An application of movie making to RPGs
In the early days of film, there was an argument about the proper way to make a movie. There were film makers that subscribed to Realism, the idea that film should be as close to a person standing where the camera is placed. There would be as few cuts in a scene as possible and the camera should remain at eye level. This was to emphasize the content or substance of the film.
Then there were film makers that subscribed to a new way of making film called Formalism. This kind of film goes for dramatic cuts, scene transitions, mood lighting and dramatic camera angles. Formalistic movies convey feeling through style.
Almost all film is somewhere in the middle of this substance vs style dimension.
Directors are mostly who determines where on the continuum a movie ends up.
A google search on Realism and Formalism will provide more information on what this means for a movie. The big take away to emphasize is that both of these qualities serve a purpose. A movie that goes in one direction too far is not going to appeal to a mass audience. Masterworks of film have been produced on both ends of the spectrum but a hit is most frequently in the middle.
This window into style vs substance is illuminating for RPGs also, although where one game falls is not determined by a director. Realism vs Formalism in games are usually built into a game’s mechanics, although the style of a Game Master can also influence how the game is experienced.
How could Realism and Formalism inform the design and the play of a game? Realism consists of elements that are easily called to mind, elements that readily form a mental image. Formalism consists of guiding structures that are felt more than clearly imagined.
No game could entirely follow Realism and it would be difficult to imagine playing a game that was entirely Formalism. All games have both qualities, it’s only the balance of these qualities that defines where the game lands on this spectrum.
Formalism in game design is most easily exemplified by Aspects in FATE. They are a stylistic mechanism that is very difficult to concretely define. They produce a style or feeling to play.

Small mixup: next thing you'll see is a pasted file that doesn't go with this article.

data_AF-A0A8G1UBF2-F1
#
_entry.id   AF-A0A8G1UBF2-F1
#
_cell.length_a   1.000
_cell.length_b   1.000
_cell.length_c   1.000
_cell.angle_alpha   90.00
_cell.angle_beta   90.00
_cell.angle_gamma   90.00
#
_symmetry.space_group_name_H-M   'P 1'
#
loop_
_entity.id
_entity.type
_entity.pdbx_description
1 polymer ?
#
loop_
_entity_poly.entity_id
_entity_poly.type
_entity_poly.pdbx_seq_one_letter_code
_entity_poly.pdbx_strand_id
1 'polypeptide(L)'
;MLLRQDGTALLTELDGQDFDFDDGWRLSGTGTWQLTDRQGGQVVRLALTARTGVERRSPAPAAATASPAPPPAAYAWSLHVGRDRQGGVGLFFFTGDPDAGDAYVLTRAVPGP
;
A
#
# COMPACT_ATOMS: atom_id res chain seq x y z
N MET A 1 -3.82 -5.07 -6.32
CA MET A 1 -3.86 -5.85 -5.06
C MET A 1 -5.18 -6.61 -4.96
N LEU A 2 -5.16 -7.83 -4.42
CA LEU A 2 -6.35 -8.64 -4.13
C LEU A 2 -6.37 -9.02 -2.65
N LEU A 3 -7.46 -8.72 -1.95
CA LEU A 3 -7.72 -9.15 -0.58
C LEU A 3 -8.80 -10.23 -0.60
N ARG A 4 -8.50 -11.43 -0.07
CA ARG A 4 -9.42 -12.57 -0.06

A traditional Formalism that is almost never treated as such is Hit Points. As they were originally intended, Hit Points were intended to represent a vital force that is worn down as a character dodged attacks. In most play they are treated as a representation of physical tissue damage a character can endure. The formalism is often too much for players to adopt and a more concrete image of physical punishment is adopted. It goes from something nebulous to a solid image of wounds inflicted. Even if it is not realistic, it has become a Realism.
Narrative control as a concept is also a Formalism. It is a largely undefined concept that gets frequently cited as a control mechanism. The idea of narrative control says who gets to talk next. While the concept seems straightforward, there are often caveats to a player having complete freedom which can make it difficult to understand what’s allowed and what isn’t.
Another Formalism is genre emulation. This is a popular Formalism to design toward because its a pattern that the designer hopes the player will recognize. However genre is not fixed. In most instances, a ground breaking piece of fiction violates genre norms. Strictly emulating genre prevents the very fact that some of the best genre pieces break the genre.